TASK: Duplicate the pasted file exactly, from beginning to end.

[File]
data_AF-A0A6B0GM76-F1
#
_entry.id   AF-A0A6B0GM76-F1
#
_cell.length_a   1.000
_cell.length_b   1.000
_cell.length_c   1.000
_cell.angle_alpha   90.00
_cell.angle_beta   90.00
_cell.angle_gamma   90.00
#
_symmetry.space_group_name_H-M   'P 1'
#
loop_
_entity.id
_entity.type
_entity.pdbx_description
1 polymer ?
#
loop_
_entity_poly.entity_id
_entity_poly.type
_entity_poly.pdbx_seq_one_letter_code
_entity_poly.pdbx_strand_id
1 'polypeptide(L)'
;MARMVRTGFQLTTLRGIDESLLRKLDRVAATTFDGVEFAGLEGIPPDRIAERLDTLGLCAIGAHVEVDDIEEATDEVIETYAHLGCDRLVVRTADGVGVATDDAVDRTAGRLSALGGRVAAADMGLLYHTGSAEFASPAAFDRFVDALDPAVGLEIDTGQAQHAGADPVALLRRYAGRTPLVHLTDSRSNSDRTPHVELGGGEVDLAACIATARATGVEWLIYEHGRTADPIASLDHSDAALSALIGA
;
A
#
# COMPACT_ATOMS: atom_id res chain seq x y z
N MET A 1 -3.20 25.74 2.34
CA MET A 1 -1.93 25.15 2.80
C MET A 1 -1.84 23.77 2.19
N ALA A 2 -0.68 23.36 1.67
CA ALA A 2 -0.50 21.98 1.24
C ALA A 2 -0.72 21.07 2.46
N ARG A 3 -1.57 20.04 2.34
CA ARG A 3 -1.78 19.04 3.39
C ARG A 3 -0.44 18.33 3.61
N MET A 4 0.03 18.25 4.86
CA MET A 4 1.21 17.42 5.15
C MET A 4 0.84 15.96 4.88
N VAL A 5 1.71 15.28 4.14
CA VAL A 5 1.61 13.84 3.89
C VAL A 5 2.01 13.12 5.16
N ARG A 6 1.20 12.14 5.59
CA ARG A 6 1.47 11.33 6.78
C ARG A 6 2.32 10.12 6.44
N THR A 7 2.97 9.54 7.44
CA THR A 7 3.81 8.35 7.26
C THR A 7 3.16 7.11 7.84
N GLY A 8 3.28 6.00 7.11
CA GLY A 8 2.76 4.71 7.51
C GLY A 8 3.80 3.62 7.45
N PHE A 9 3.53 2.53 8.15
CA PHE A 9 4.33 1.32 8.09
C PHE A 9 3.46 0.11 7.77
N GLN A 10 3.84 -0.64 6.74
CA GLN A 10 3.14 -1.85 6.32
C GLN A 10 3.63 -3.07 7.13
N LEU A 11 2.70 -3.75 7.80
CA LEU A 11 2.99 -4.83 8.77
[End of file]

data_AF-A0A6B0GM76-F1
#
_entry.id   AF-A0A6B0GM76-F1
#
_cell.length_a   1.000
_cell.length_b   1.000
_cell.length_c   1.000
_cell.angle_alpha   90.00
_cell.angle_beta   90.00
_cell.angle_gamma   90.00
#
_symmetry.space_group_name_H-M   'P 1'
#
loop_
_entity.id
_entity.type
_entity.pdbx_description
1 polymer ?
#
loop_
_entity_poly.entity_id
_entity_poly.type
_entity_poly.pdbx_seq_one_letter_code
_entity_poly.pdbx_strand_id
1 'polypeptide(L)'
;MARMVRTGFQLTTLRGIDESLLRKLDRVAATTFDGVEFAGLEGIPPDRIAERLDTLGLCAIGAHVEVDDIEEATDEVIETYAHLGCDRLVVRTADGVGVATDDAVDRTAGRLSALGGRVAAADMGLLYHTGSAEFASPAAFDRFVDALDPAVGLEIDTGQAQHAGADPVALLRRYAGRTPLVHLTDSRSNSDRTPHVELGGGEVDLAACIATARATGVEWLIYEHGRTADPIASLDHSDAALSALIGA
;
A
#
# COMPACT_ATOMS: atom_id res chain seq x y z
N MET A 1 -3.20 25.74 2.34
CA MET A 1 -1.93 25.15 2.80
C MET A 1 -1.84 23.77 2.19
N ALA A 2 -0.68 23.36 1.67
CA ALA A 2 -0.50 21.98 1.24
C ALA A 2 -0.72 21.07 2.46
N ARG A 3 -1.57 20.04 2.34
CA ARG A 3 -1.78 19.04 3.39
C ARG A 3 -0.44 18.33 3.61
N MET A 4 0.03 18.25 4.86
CA MET A 4 1.21 17.42 5.15
C MET A 4 0.84 15.96 4.88
N VAL A 5 1.71 15.28 4.14
CA VAL A 5 1.61 13.84 3.89
C VAL A 5 2.01 13.12 5.16
N ARG A 6 1.20 12.14 5.59
CA ARG A 6 1.47 11.33 6.78
C ARG A 6 2.32 10.12 6.44
N THR A 7 2.97 9.54 7.44
CA THR A 7 3.81 8.35 7.26
C THR A 7 3.16 7.11 7.84
N GLY A 8 3.28 6.00 7.11
CA GLY A 8 2.76 4.71 7.51
C GLY A 8 3.80 3.62 7.45
N PHE A 9 3.53 2.53 8.15
CA PHE A 9 4.33 1.32 8.09
C PHE A 9 3.46 0.11 7.77
N GLN A 10 3.84 -0.64 6.74
CA GLN A 10 3.14 -1.85 6.32
C GLN A 10 3.63 -3.07 7.13
N LEU A 11 2.70 -3.75 7.80
CA LEU A 11 2.99 -4.83 8.77